News broke this evening that Malta would be scrapping their national final for the first time in their Eurovision history. The competition, most recently branded as the Malta Eurovision Song Contest, has existed in varying forms to select all 31 of Malta’s Eurovision entries. However, with the announcement that the winner of the first ever X Factor Malta would represent the island in the 2019 Eurovision Song Contest, it marks a big change in plans for TVM and Eurovision in Malta.
A struggle to adapt
Back in the 1990s, Malta had a string of successful results at Eurovision. A string of eight consecutive top ten finishes occurred between the country’s comeback in 1991 and Chiara’s agonisingly close top three finish in 1998. Furthermore, as we moved into the 2000s, Malta would extend that record to 11 top tens out a possible twelve. Nevertheless, the introduction of the semi-finals saw Maltese fortunes at Eurovision take a tumble. Since 2004, Malta has only achieved four top-half finishes in the grand final in fifteen attempts:
- 2004: Julie and Ludwig – On Again… Off Again (12th place)
- 2005: Chiara – Angel (2nd place)
- 2013: Gianluca – Tomorrow (8th place)
- 2016: Ira Losco – Walk On Water (12th place)
It’s the songs, not the artists
Arguably, the Eurovision Song Contest has undergone a significant increase in song quality since the mid-2000s. In particular, since the re-introduction of the professional juries at the end of the decade. Therefore, while Malta’s enthusiasm and song output for the contest has stayed at a consistent level throughout their Eurovision history, the competition and enthusiasm from other countries and broadcasters have only risen. Thus, Eurovision success has become much harder to achieve.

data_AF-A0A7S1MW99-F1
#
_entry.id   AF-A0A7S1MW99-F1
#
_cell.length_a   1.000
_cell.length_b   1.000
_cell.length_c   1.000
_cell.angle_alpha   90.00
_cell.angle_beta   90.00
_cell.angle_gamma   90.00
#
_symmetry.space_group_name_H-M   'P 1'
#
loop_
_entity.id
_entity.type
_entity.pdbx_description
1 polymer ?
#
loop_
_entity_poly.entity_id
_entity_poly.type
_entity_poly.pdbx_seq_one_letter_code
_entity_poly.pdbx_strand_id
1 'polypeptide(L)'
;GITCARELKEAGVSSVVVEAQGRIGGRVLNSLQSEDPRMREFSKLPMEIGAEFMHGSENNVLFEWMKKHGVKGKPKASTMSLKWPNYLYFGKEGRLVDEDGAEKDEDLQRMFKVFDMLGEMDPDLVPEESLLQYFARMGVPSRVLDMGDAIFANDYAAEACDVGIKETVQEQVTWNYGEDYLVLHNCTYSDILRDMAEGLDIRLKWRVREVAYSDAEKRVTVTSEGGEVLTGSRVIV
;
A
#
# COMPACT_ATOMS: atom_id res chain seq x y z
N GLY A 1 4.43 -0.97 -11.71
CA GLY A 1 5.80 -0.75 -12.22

I believe many Eurovision fans would agree with me when I say that there are many quality artists within the Maltese industry that are extremely worthy of representing their country on the world’s biggest stage. Each year, the Malta Eurovision Song Contest is full of great vocalists and great performers, extraordinarily so for such a small nation. A common remark is that the live national final performances were “so much better” than the pre-released studio versions of the competing entries suggested they may be. Indeed, therein lies the problem.
A talented, but small pool
Malta only has a small pool of songwriters and producers. When you consider that the Malta Eurovision Song Contest is one of the longest national finals, with the number of entries usually well into the teens, the numbers don’t quite add up. Songwriters churn out multiple entries, arguably not being able to focus on the one.
One of Taboo‘s songwriters, Muxu, was involved in four other Malta Eurovision Song Contest final entries this year. To name further examples from MESC 2018, Cyprian Cassar had four entries to his name whilst Elton Zarb had two. While foreign composers are a factor in Maltese selections, it is often not to the same high level of concentration that they may factor in other nations’ selections. Overall, this smaller pool of regular names has resulted in what some call a stereotypical Maltese song. Usually a good quality, well-performed, pop song that doesn’t quite have the spark to stand out in a more competitive Eurovision field.